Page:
If you take an American Airlines flight these days, chances are you might see one of the flight attendants pull what looks like a huge smartphone from his or her pocket. That's because since September, AA has been issuing Samsung Galaxy Notes to flight attendants to track passenger information and provide a suite of applications suited to their jobs, including point of sale processing.
But make no mistake, the big phones are not primarily for private use. These are company-issued devices meant to conduct company business, and it's part of a trend where we are seeing more organizations issue neutered mobile devices to conduct specific company business simply because the devices are convenient and easy to use.
Lisa Canada, Managing Director of Operations Technology and Real Time Systems at AA, says prior to getting the Samsung devices, flight attendants relied on paper reports to learn about passengers and used onboard sales recorders that were only built to handle basic point-of-sale functionality.
She says having a device that fits easily in a pocket has been great for flight attendants and it gives them access to more passenger information in real time when compared with the paper reports they used to use -- plus the devices give AA the opportunity to provide additional information and utilities via apps.
"Our flight attendants can use the device to access information like seat maps, customer preferences, and gate connections to better serve travelers," Canada explained to me. She added, "Flight attendants had limited information on passengers through paper reports. The previous onboard sales devices were provisioned by aircraft and did not provide any applications to aid the flight attendant."
Canada said the devices are mostly for business and have been specially equipped to help the flight attendants do their job.
"Certain features like voice calls and the camera have been deactivated. However, we plan to offer a library of approved applications such as personal email systems and other popular apps that flight attendants can access for personal use. The priority, however, will continue to be to serve customers’ needs first and foremost," she said.
Canada said AA tested a number of devices, starting in early spring 2012. "We reviewed iOS and other Android tablets and PDAs, in addition to proprietary devices from third party vendors that responded to the RFP. A proof of concept test was started in February 2012 and final device selection was made in September 2012," she said.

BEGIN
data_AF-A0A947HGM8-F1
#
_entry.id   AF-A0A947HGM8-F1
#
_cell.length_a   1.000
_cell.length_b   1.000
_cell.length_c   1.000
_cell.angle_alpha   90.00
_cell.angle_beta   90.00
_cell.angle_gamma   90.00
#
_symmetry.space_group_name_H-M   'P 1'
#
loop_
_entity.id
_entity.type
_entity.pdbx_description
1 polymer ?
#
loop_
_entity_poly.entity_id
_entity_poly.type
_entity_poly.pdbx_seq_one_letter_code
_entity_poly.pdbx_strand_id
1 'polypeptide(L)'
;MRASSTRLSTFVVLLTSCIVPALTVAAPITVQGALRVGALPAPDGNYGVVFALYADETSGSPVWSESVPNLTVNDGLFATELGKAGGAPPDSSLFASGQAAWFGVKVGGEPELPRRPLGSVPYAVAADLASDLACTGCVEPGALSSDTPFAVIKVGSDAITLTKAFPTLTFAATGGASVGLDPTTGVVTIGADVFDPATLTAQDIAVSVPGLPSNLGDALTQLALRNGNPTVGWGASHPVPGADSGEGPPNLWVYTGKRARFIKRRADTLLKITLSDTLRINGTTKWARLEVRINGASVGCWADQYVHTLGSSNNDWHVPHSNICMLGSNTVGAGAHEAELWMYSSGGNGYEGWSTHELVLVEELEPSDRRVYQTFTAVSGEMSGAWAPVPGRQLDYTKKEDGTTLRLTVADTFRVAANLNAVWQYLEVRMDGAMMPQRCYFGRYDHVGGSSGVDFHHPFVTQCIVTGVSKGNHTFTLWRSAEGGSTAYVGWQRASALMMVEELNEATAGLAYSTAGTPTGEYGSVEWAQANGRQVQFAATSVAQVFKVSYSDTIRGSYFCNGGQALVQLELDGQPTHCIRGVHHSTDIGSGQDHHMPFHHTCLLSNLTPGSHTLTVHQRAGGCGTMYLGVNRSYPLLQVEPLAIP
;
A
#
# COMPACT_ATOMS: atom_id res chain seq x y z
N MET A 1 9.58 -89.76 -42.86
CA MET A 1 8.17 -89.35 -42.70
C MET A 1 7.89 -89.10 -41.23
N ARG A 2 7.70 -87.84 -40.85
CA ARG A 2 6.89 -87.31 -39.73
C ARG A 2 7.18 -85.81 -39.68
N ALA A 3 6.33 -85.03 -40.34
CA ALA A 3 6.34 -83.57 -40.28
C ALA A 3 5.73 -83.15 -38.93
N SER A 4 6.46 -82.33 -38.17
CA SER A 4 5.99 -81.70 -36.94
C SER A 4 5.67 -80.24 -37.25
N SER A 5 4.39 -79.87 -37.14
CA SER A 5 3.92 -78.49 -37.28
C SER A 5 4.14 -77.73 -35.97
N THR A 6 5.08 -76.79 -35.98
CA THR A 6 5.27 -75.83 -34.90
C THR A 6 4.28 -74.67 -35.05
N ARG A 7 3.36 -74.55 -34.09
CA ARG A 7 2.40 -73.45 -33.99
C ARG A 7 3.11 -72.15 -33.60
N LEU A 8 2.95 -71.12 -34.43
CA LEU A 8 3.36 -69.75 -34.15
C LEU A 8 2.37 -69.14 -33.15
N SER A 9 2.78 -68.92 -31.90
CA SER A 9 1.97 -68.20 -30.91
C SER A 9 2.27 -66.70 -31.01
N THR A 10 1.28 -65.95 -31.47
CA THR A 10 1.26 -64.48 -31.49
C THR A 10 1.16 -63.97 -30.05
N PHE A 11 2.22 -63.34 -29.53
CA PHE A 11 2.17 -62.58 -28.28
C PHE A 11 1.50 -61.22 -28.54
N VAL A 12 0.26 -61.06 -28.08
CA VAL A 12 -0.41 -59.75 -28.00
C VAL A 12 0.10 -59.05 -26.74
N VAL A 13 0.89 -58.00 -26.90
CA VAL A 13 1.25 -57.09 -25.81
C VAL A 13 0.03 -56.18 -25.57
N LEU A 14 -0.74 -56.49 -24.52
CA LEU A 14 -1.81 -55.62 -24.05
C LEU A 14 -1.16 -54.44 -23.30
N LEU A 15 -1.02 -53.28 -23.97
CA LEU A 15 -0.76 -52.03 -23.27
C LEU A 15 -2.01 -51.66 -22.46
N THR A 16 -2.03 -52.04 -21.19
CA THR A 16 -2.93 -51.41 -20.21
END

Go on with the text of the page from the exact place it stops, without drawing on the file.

They chose the Galaxy Note (the original, not the more recent Note II) for a variety of reasons. "Our flight attendants felt that it was easy to handle and store, while providing great readability. The Galaxy Note also fits nicely in the palm of the hand, to allow easy mobility while moving about the aircraft. It also enabled us to make customizations to fit our needs," Canada told me.
American's IT department also like the fact that the devices are equipped with Samsung's SAFE (Samsung for Enterprise) software to help them manage device usage.
"SAFE was one of several factors that influenced our selection of the device. The product provides increased administrative features and integration with MDM providers that can be used in our development and management of the device," she said.
As the flight attendants are issued the device, AA has developed a range of training including classroom and access to FAQs and tips and tricks to help the flight attendants be comfortable using the devices in a work setting.
About 50 percent of flight attendants are currently using the Notes and they expect to complete the rollout to all 17,000 flight attendants by June.
Canada says that overall employee reaction has been overwhelmingly positive.
"Overall, the flight attendants have been positive in their feedback on the product. They enjoy having more information available to them to give better service to the customers. We are taking their feedback and incorporating new features, additional training, and in some instances making changes to ensure that it continues to be a really great tool for them," she told me.
American Airlines clearly recognized the power of using a mobile device to conduct company business in-flight and the large phone/small tablet format of the original Galaxy Note seems to be particularly well-suited to the job at hand. While we aren't likely to see many companies go back to the days of issuing corporate cell phones, it's likely that companies, much like AA has done, will continue to look for ways to use locked-down mobile devices to serve customers and help employees do their jobs.